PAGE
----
Performance Planning: this article explains Performance Planning in a practical way. It covers what performance planning is, how objectives and performance factors are properly incorporated and which steps should be taken in the process. It also touches on basic responsibility, career development and team performance. After reading this article, you will understand the basics of this powerful employee development and stress management tool. Enjoy reading!
What is Performance Planning? The definition
Performance Planning is a systematic and structured approach used to assess the performance of a team, department or individual employee throughout the year and to see whether the desired goals have been successfully achieved. This makes Performance Planning a crucial part of the employees’ career development.
It can be used and applied in any situation and at any level within organisations. In addition to the individual performance management of employees, this approach also focuses on talent management of individuals as well as on the entire organisational development.
Performance Planning is about providing a clear, structured process to achieve a certain level of performance. Performance planning sets targets in advance, which are then used in the final assessment.
Performance Planning Objectives
Performance Planning has a chance of succeeding only if the personal goals and/ or department goals of the team are set up in the right way and set up in accordance with the SMART Goals acronym.
This means that the goals not only have to be specific (entailing what exactly has to be achieved), but also measurable and transparent (including the starting point and the point at which the goal has been achieved). This can also be set in a timeline. In most cases, targets in performance planning apply for a one-year period.
In addition, the objective must be both acceptable and realistic to implement. A goal that’s attractive to a manager, but one which employees will reluctantly implement, is totally unacceptable. The more acceptable the objective, the more motivated the individual employee or team is to achieve it.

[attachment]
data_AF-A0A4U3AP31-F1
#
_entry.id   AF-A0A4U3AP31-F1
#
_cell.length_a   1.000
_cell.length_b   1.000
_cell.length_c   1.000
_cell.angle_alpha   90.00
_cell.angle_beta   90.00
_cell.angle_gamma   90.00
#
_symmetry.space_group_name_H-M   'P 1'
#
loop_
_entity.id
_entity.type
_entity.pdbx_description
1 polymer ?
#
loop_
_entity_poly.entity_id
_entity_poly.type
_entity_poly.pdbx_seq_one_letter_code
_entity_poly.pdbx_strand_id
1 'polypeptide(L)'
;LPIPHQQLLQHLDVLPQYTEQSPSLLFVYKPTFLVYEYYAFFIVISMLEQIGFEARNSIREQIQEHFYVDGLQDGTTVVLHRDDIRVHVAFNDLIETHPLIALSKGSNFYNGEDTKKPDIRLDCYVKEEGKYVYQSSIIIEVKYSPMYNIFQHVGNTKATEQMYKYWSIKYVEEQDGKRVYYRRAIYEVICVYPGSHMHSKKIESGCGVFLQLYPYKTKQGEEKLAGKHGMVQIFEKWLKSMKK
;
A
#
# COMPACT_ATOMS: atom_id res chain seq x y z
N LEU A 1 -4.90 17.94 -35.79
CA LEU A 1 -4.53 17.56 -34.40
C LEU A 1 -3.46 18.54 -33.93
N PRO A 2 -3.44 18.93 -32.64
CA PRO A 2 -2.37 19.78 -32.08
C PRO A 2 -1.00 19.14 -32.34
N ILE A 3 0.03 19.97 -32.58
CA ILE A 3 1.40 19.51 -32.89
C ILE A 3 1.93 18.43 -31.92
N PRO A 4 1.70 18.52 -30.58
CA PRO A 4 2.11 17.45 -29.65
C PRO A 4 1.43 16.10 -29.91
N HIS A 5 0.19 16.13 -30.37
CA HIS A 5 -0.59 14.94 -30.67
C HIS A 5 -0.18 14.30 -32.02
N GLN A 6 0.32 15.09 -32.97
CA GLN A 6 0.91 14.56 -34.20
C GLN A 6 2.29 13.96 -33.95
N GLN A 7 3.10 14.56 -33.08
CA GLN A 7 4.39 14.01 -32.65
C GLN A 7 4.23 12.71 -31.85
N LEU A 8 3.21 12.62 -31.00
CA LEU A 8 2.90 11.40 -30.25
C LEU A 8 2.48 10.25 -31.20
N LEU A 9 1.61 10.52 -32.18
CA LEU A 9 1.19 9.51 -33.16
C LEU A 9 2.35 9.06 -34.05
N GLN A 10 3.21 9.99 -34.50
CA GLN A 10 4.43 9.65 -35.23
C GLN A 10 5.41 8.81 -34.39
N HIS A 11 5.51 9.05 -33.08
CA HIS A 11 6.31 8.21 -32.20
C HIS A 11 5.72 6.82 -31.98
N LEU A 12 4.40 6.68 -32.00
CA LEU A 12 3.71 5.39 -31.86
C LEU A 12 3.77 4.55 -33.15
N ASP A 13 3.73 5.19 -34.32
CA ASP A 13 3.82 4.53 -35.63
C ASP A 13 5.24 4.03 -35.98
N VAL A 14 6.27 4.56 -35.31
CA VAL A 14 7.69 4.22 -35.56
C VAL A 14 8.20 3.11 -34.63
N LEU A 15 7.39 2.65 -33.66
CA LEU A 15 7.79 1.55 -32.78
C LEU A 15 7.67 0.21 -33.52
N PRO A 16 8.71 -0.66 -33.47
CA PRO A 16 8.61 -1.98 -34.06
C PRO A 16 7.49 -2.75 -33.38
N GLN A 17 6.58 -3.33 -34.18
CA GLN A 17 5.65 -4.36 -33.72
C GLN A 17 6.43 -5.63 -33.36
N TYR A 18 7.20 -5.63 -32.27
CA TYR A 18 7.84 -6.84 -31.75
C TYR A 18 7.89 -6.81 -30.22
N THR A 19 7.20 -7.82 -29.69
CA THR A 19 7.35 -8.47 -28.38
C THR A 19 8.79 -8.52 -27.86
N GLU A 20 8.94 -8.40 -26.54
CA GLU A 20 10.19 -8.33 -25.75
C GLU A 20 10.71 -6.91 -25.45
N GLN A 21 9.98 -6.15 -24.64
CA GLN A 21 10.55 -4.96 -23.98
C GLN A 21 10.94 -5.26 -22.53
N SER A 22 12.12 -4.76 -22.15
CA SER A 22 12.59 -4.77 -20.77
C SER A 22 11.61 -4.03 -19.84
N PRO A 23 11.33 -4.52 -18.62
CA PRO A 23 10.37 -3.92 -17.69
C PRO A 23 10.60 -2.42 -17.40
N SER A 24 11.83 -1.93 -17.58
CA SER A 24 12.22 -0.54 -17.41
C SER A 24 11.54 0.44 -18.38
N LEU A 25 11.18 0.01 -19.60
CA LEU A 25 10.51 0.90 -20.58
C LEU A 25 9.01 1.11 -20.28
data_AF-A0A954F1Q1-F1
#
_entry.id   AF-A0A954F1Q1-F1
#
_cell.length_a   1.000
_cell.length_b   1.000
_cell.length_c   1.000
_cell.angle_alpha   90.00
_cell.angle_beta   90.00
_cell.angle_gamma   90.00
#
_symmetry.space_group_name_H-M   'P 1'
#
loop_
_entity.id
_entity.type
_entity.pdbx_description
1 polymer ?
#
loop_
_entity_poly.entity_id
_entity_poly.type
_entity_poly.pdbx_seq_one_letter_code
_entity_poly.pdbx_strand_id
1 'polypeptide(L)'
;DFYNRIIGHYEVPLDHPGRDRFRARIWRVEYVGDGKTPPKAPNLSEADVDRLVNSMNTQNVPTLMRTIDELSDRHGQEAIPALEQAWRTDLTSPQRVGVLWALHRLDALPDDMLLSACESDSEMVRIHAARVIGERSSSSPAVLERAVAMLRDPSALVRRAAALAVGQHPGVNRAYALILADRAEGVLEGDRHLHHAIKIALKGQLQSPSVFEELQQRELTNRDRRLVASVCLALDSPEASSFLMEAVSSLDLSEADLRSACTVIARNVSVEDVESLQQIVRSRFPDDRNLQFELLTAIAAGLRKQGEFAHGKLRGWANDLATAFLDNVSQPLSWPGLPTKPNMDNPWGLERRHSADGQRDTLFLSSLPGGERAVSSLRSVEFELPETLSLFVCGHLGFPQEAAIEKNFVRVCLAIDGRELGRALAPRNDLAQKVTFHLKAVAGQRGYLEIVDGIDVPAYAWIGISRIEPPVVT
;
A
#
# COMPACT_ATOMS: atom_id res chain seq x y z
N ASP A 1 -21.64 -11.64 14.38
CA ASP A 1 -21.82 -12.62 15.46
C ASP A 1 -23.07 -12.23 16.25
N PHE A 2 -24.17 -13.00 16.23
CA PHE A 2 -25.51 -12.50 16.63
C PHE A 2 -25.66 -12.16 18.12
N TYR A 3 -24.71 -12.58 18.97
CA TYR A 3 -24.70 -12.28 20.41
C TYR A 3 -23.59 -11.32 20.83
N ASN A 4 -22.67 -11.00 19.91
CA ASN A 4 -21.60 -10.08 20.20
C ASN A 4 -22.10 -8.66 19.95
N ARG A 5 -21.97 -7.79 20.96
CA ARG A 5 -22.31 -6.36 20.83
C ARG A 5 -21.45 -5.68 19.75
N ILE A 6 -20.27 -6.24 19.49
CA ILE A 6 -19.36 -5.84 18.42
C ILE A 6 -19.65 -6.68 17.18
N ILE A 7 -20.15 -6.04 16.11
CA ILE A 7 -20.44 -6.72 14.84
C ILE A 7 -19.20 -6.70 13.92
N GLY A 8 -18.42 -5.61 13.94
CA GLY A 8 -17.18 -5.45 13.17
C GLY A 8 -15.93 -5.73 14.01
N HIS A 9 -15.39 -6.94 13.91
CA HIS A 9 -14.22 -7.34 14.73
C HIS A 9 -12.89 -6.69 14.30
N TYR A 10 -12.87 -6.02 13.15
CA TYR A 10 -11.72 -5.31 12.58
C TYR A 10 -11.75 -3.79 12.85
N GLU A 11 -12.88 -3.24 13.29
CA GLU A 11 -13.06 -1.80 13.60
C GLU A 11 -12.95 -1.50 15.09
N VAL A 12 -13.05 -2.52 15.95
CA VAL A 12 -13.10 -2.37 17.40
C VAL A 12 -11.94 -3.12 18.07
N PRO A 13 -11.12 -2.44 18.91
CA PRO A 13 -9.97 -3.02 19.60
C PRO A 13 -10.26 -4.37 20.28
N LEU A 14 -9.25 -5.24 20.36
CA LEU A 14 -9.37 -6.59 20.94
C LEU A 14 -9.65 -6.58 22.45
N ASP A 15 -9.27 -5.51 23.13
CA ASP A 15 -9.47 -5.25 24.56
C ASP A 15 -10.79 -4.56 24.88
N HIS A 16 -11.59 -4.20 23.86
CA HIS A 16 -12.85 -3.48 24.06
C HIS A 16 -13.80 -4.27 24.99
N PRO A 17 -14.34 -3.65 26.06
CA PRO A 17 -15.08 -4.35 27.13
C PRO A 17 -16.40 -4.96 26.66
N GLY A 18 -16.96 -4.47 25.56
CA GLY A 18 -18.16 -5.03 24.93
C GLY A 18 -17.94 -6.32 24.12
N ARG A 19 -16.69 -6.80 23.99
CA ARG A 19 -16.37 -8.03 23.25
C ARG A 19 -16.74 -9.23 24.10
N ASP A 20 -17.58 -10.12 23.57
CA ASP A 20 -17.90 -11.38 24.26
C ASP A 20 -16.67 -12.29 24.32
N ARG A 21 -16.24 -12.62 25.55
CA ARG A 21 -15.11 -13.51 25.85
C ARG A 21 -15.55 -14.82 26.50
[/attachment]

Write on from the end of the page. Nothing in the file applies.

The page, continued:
As a result, it is important that there is clarity and agreement concerning the objectives being pursued. This is the only way to establish cooperation between employees and managers. The end result, as such, will be to everyone’s satisfaction.
In addition to setting clear goals, one is also advised to properly discuss the performance factors and relevant expectations with the individual employee or the team in advance. The objective formulated earlier in SMART can help in this respect, as well as having a discussion together and seeking agreement with the company objectives.
The individual performance plan can thus be better documented and the employees know what is required of them and what they are judged on at the end of the road. The list of performance factors is clear and specific for each individual employee, depending on his / her job, tasks and specialisation.
To arrive at a good evaluation, one is advised to not only look at the performance plan of previous years, but also at the final evaluations from the past. Based on these data, a fair judgement can then be made about the current employee performance.
First and foremost, performance planning is a great way to convey basic responsibilities to employees. This way, they’ll be able to understand better why they had been hired and what might be expected of their function within a year.
In addition, the objectives regarding the goals are clear, not only for the individual, but also for the team. As a result, employees will feel more involved in the department, but also in their colleagues’ work.
They know what is expected from them. As a result, they’ll be more motivated to work on their own competency, which will ultimately have a positive effect on their productivity.
In addition to the above, Performance Planning is also an excellent tool for career development. When employees are well-informed about their own careers and the plans made in this respect, they’ll carry out their work more confidently and with more motivation.
During the annual performance review, the personal development plan (‘PDP’) may be discussed. The agreements made are used as input for the Performance Planning. The following questions may help during such a conversation:
- What challenges you most in your current work?